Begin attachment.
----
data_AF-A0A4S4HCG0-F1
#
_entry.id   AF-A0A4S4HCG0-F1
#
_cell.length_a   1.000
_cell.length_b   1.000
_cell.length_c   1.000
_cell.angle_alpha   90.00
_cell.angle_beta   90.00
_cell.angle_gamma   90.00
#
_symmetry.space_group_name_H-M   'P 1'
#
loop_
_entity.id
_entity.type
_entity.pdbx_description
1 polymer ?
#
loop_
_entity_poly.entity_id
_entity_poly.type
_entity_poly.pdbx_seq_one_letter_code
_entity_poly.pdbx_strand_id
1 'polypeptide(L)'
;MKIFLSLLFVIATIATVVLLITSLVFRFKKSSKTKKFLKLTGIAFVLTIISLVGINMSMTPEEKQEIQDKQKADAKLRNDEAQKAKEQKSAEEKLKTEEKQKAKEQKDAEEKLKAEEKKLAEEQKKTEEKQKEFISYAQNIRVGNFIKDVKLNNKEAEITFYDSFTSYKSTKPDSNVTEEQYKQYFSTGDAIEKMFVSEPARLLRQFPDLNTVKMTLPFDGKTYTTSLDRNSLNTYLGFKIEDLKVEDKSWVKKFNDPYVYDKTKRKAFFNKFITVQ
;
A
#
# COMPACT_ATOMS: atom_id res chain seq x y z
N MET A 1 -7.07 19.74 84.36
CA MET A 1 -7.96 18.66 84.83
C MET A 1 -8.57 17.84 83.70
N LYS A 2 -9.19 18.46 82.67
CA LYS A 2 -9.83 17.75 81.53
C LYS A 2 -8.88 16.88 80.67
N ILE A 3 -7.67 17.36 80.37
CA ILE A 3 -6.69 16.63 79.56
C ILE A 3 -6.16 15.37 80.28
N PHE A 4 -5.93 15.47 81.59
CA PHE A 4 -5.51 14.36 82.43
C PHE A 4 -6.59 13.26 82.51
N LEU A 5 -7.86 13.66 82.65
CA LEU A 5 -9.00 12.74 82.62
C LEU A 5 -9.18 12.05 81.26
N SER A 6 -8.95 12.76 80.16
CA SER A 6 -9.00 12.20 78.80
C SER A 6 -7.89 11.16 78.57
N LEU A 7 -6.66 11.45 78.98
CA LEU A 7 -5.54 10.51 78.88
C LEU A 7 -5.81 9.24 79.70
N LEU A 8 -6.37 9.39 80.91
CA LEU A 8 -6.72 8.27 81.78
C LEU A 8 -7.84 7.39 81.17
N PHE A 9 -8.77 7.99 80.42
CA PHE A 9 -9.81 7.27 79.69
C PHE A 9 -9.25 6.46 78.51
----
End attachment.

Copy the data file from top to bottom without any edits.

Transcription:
data_AF-A0A4S4HCG0-F1
#
_entry.id   AF-A0A4S4HCG0-F1
#
_cell.length_a   1.000
_cell.length_b   1.000
_cell.length_c   1.000
_cell.angle_alpha   90.00
_cell.angle_beta   90.00
_cell.angle_gamma   90.00
#
_symmetry.space_group_name_H-M   'P 1'
#
loop_
_entity.id
_entity.type
_entity.pdbx_description
1 polymer ?
#
loop_
_entity_poly.entity_id
_entity_poly.type
_entity_poly.pdbx_seq_one_letter_code
_entity_poly.pdbx_strand_id
1 'polypeptide(L)'
;MKIFLSLLFVIATIATVVLLITSLVFRFKKSSKTKKFLKLTGIAFVLTIISLVGINMSMTPEEKQEIQDKQKADAKLRNDEAQKAKEQKSAEEKLKTEEKQKAKEQKDAEEKLKAEEKKLAEEQKKTEEKQKEFISYAQNIRVGNFIKDVKLNNKEAEITFYDSFTSYKSTKPDSNVTEEQYKQYFSTGDAIEKMFVSEPARLLRQFPDLNTVKMTLPFDGKTYTTSLDRNSLNTYLGFKIEDLKVEDKSWVKKFNDPYVYDKTKRKAFFNKFITVQ
;
A
#
# COMPACT_ATOMS: atom_id res chain seq x y z
N MET A 1 -7.07 19.74 84.36
CA MET A 1 -7.96 18.66 84.83
C MET A 1 -8.57 17.84 83.70
N LYS A 2 -9.19 18.46 82.67
CA LYS A 2 -9.83 17.75 81.53
C LYS A 2 -8.88 16.88 80.67
N ILE A 3 -7.67 17.36 80.37
CA ILE A 3 -6.69 16.63 79.56
C ILE A 3 -6.16 15.37 80.28
N PHE A 4 -5.93 15.47 81.59
CA PHE A 4 -5.51 14.36 82.43
C PHE A 4 -6.59 13.26 82.51
N LEU A 5 -7.86 13.66 82.65
CA LEU A 5 -9.00 12.74 82.62
C LEU A 5 -9.18 12.05 81.26
N SER A 6 -8.95 12.76 80.16
CA SER A 6 -9.00 12.20 78.80
C SER A 6 -7.89 11.16 78.57
N LEU A 7 -6.66 11.45 78.98
CA LEU A 7 -5.54 10.51 78.88
C LEU A 7 -5.81 9.24 79.70
N LEU A 8 -6.37 9.39 80.91
CA LEU A 8 -6.72 8.27 81.78
C LEU A 8 -7.84 7.39 81.17
N PHE A 9 -8.77 7.99 80.42
CA PHE A 9 -9.81 7.27 79.69
C PHE A 9 -9.25 6.46 78.51